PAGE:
7 Steps You Can Take to Live a Zero-Waste Lifestyle

What is a zero-waste lifestyle?

According to the Zero Waste International Alliance (ZWNA), zero waste is "the conservation of all resources by means of responsible production, consumption, reuse, and recovery of products, packaging, and materials without burning and with no discharges to land, water, or air that threaten the environment or human health."

The goal is to create as little waste as possible—but it's not reasonable to assume that everyone has the ability and resources to live zero-waste. We can, and certainly should, strive to reduce our waste drastically. The idea is not all or nothing. You can take steps today to reduce your waste production and live more sustainably. Here are seven simple ways you can adopt principles from the zero-waste movement.

1.Limit Plastic Use

Plastic Oceans reports that 10 million tons of plastic are thrown into our ocean annually, and 50% of all plastic produced is created for single-use purposes. We have a significant plastic problem in our country, and we must curb our plastic consumption. When possible, support brands that do not use plastic packaging and opt for sustainable practices like materials made out of recycled products or minimal packaging. The idea is to avoid buying plastic if there's another sustainable option.

Shutterstock: glass jar, reusable water bottle,eco bag with fruits on yellow background

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2. Prioritize Reusable Items

A great way to limit our plastic use is by using reusable items instead of single-use items. Products like reusable straws, cloth grocery bags, reusable water bottles and coffee cups, glass mason jars and reusable cotton pads for skincare are great ways to reduce your waste consumption. Don't be afraid to bring your reusable items out with you as well. Some places like grocery stores and coffee shops will give you a discount for bringing your reusable product.

Shutterstock: woman drinking spinach smoothie in a glass jar with metal reusable straw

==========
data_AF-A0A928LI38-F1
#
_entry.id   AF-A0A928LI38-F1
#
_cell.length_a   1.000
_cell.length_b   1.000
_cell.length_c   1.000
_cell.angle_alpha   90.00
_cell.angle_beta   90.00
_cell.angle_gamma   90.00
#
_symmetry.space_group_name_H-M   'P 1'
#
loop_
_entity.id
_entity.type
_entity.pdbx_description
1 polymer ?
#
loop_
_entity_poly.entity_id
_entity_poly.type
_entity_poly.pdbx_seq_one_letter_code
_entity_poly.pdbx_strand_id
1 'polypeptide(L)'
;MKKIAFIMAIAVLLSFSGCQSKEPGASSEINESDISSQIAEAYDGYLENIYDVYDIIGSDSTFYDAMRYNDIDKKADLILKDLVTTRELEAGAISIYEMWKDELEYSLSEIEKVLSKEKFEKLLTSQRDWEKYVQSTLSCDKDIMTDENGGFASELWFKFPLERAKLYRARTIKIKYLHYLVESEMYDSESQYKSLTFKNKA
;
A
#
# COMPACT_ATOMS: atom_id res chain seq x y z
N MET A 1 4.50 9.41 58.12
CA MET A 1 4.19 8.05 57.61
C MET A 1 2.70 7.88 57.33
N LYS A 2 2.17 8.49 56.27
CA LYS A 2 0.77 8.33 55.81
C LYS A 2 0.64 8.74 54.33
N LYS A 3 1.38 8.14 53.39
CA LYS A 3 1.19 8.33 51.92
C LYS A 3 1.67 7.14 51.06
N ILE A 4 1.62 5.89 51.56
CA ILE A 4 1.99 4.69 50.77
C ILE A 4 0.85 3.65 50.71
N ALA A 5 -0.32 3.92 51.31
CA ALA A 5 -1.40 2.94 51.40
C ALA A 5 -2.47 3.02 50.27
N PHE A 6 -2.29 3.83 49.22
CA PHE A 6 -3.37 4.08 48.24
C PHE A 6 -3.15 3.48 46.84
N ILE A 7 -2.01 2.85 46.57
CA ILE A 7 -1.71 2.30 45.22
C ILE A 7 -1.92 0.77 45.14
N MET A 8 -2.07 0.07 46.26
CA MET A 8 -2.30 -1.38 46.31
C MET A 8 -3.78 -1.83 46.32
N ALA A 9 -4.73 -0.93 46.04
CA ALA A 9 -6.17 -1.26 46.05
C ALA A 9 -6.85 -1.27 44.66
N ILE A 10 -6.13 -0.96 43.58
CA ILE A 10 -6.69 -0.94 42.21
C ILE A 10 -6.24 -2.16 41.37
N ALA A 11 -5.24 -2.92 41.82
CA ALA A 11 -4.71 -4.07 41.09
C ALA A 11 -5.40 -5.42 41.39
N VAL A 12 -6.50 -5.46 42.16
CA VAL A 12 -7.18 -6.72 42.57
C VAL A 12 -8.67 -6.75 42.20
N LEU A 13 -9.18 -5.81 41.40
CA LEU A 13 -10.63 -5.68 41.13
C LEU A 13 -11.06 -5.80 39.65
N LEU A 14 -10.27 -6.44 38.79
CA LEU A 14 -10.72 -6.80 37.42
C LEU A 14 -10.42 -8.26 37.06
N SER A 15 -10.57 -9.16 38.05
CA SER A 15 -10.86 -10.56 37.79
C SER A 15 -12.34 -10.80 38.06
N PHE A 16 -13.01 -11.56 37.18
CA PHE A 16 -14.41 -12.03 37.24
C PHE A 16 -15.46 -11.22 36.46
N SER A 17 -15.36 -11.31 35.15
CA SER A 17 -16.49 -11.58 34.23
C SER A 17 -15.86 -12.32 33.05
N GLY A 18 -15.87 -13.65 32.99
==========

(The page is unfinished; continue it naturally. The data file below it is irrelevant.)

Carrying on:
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3. Curb Fast Fashion

Fast fashion is a significant pollution contributor. Earth Org reports that fast fashion accounts for 10% of total global carbon emissions, and most clothes end up in landfills. Of course, you don't have to swear off fast fashion forever. Its accessibility and price make it the best option for some people, but if you have the resources, it doesn't hurt to check out the thrift shop or sustainable brands before putting in that new Princess Polly order. Buying fast fashion does not make you a bad person, but now that you are more aware, you can check out other options and reduce how often you buy from them.


4. Watch Your Food Waste

Did you know that the United States throws out more food than any other country? According to the Recycle Track System (RTS), nearly 40 million tons of food waste is thrown out each year, and 80% of Americans discard good food. We must become aware of how we buy and discard food. Try to eat the food in your home before buying more, learn about accurate expiration dates, order in less, buy in-season and local when possible, and find ways to recycle leftover foods.

Shutterstock: woman picking apples in farmers market

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5. Support Local Businesses

Sustainable Connections report that buying local requires less transportation, so it uses 26% fewer automobile miles. Small businesses also produce way less pollution and waste than large corporations. There's no better feeling than supporting a local business and directly helping people within your community, but now you can feel good that it is helping people globally as well. The app Buzz is a great way to find local businesses to support in your area.

fashion designer standing at table in design studio

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6. Recycle and Upcycle

We all know that recycling breaks down and processes old materials to create new products, but upcycling is a relatively new term. Upcycling is the process of reusing discarded materials and turning them into new products. The main difference between the two is that while recycling is processed in a facility, we can all upcycle. Upcycling takes a little more creativity, but it's also more fun. An example of upcycling would be reusing a mason jar to hold your makeup brushes. Next time you're about to throw something out, ask yourself if there might be another purpose for it.


7. Purchase Mindfully

The most important mindset to adopt from a zero-waste lifestyle is to be more intentional with our purchases. We often impulse buy items without thinking about whether we need that item or not. There's nothing wrong with retail therapy every once in a while, but continuously buying products and discarding them is not great for the environment. Mindful purchasing allows us to feel more confident about our purchases instead of feeling like, "Wait, did I need 10 new candles?" When you're intentional about your choices because you keep other people in mind, it makes our actions more significant. By reducing how much we throw out, we are increasing our positive impact on the world.

Shutterstock: woman working with laptop and credit card at home

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Want to reduce your plastic use? Check out THIS fantastic natural deodorant from the plastic-free brand Peach.